Calochortus catalinae

P1020627P1020677P1020695P1020685P1020674P1020665C. catalinae along Figueroa Mountain Road – 20 April 2016.

P1020714Grass Mountain, 20 April 2016.

P1020582P1020588My garden view at the Wine Valley Inn. Solvang, CA – 20 April 2016.


I went on another spontaneous Calochortus adventure!  I kept seeing these beautiful photographs of the poppy bloom on Grass Mountain and was hoping to see it, but missed it.  (It’s okay though because I really went to see Calochortus catalinae or Catalina Mariposa Lily.)

I flew standby to Santa Barbara (SBA) and first drove to Big 5 Sporting Goods to obtain my California Adventure Pass.  The daily pass cost $5 and is required to explore the Los Padres National Forest.  (You can order it online; my trip was too spontaneous to do so.)  I then headed to Solvang, CA.  Solvang is a Danish town in the Santa Ynez Valley, a.k.a. wine country.

I went to Solvang Brewing Company for a light dinner and had salmon lox smorrebrod.  It was delicious.  Afterwards I returned to my hotel, the Wine Valley Inn, for a wine tasting featuring wines from the Santa Ynez Valley.  (From what I could tell, wineries in this particular region do not charge an arm and a leg for wine tastings.)  I couldn’t make complete sentences after a certain point so I returned to my room and passed out.  Luckily I remembered to set my alarm for 5am and luckily I woke up feeling fine and well-rested.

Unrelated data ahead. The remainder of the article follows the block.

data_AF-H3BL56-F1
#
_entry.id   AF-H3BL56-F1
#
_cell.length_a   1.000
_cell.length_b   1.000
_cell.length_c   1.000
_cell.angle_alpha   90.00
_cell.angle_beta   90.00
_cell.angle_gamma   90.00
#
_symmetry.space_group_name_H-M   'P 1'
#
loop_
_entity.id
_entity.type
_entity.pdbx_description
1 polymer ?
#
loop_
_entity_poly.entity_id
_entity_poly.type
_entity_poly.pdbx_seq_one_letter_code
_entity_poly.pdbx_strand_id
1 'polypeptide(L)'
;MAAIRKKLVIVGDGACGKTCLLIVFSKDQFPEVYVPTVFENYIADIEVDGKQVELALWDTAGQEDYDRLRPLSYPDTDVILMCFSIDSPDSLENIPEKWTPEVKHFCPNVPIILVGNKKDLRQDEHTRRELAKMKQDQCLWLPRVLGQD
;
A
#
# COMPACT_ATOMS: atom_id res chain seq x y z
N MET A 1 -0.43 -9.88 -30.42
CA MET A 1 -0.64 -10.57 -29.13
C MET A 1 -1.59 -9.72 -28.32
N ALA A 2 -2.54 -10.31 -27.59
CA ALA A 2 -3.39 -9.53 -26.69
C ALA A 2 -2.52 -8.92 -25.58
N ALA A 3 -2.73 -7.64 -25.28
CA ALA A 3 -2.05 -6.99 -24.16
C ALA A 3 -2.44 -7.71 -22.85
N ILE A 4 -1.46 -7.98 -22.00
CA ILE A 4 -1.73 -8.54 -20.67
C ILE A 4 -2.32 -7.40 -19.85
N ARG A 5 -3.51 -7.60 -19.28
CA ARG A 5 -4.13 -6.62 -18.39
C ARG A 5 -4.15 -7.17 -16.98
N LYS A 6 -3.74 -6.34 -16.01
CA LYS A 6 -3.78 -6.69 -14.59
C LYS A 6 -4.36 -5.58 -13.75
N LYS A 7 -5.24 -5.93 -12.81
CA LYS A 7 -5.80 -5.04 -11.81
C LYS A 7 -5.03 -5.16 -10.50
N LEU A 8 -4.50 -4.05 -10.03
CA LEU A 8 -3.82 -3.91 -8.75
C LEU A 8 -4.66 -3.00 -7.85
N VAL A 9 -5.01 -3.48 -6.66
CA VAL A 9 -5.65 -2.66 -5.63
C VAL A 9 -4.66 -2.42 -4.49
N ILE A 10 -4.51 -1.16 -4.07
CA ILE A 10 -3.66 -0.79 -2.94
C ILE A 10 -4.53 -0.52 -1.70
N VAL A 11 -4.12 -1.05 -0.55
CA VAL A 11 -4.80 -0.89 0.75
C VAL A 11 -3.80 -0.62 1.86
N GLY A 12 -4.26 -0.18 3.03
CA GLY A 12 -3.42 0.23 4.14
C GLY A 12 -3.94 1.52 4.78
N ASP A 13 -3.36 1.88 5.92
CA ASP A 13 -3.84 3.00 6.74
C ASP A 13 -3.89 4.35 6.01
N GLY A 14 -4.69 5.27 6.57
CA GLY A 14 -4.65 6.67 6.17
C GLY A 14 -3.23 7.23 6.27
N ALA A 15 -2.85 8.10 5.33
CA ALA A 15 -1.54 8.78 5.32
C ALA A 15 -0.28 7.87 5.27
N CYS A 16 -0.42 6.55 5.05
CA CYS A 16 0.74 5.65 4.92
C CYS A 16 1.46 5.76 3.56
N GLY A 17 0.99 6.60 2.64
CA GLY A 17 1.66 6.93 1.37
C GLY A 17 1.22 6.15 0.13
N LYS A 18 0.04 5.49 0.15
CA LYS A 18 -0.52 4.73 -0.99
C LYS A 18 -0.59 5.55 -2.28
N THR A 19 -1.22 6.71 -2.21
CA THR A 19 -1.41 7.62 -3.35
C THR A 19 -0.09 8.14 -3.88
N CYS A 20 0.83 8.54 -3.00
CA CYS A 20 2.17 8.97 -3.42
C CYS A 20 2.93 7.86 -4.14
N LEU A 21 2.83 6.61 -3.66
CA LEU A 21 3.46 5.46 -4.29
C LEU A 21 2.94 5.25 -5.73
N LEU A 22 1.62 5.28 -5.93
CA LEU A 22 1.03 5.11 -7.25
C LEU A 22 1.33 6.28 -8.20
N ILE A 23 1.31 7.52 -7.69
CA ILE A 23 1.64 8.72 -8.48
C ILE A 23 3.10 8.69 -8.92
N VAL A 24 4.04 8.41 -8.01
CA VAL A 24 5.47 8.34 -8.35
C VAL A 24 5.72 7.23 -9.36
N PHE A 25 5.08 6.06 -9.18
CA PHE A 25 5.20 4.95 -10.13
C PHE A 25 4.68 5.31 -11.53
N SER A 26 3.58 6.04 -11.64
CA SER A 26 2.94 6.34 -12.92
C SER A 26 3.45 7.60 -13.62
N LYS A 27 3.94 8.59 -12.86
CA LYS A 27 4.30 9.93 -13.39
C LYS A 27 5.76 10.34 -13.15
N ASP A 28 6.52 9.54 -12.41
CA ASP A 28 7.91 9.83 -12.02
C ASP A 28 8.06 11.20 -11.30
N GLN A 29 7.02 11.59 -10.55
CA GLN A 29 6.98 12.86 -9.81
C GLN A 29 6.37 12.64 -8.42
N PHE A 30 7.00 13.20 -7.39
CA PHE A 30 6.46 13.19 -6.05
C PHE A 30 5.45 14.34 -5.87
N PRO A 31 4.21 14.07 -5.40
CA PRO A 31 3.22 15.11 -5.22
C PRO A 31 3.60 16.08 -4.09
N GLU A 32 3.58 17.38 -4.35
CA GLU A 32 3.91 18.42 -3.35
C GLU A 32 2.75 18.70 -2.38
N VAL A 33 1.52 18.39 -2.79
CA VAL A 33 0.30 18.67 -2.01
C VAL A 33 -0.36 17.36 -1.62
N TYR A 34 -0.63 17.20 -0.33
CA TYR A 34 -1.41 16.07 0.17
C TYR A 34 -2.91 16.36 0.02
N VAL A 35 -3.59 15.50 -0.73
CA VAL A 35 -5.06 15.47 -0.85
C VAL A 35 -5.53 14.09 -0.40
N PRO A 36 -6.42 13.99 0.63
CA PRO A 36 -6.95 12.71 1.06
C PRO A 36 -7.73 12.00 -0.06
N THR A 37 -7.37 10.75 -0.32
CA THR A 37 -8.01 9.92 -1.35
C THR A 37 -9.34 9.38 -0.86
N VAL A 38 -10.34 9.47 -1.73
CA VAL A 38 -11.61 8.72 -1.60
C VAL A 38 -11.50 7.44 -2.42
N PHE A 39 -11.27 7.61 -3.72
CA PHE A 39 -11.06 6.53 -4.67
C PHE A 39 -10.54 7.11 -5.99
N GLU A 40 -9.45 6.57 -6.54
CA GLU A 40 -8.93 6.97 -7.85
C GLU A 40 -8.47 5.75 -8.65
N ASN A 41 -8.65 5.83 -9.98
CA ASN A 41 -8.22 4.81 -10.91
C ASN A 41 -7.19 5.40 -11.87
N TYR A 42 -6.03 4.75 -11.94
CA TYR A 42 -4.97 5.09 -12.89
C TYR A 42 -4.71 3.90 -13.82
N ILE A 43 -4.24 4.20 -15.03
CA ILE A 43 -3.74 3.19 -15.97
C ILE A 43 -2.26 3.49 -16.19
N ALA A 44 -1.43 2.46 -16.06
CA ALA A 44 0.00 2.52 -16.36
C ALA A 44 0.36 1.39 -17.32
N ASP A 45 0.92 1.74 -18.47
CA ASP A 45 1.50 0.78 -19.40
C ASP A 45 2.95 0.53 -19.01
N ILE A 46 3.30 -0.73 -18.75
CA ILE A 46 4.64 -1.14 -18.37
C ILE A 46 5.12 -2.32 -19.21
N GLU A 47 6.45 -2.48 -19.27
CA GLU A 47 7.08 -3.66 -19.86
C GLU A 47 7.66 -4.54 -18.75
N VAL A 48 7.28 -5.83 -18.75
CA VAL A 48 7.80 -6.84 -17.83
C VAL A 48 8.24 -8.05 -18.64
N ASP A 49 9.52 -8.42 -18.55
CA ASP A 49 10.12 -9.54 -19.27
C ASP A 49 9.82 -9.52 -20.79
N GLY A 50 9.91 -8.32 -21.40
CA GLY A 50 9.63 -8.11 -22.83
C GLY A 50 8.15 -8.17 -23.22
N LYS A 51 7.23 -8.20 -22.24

I went to Paula’s Pancake House for breakfast and you MUST try the Danish pancakes if you go.  I can’t stop thinking about them.  I also bought bakery treats at Mortensen’s Danish Bakery.

And then I took a short drive to Los Olivos and started my journey to find C. catalinae on Figueroa Mountain Road.  It didn’t take me long to find them – they were showing off their beauty right along the side of the road!  Hiking wasn’t even required!  I did hike a bit though.  Most of the petals had a pinkish or lavender hue, but some were mostly white. Their blood red markings with yellow hairs, was to me, the most beautiful part of the flower.  There is a Figueroa Mountain wildflower report compiled every two weeks by a Los Padres National Forest employee.

The trip was a success, perfect really, and I can’t wait to go back.  Until next time…


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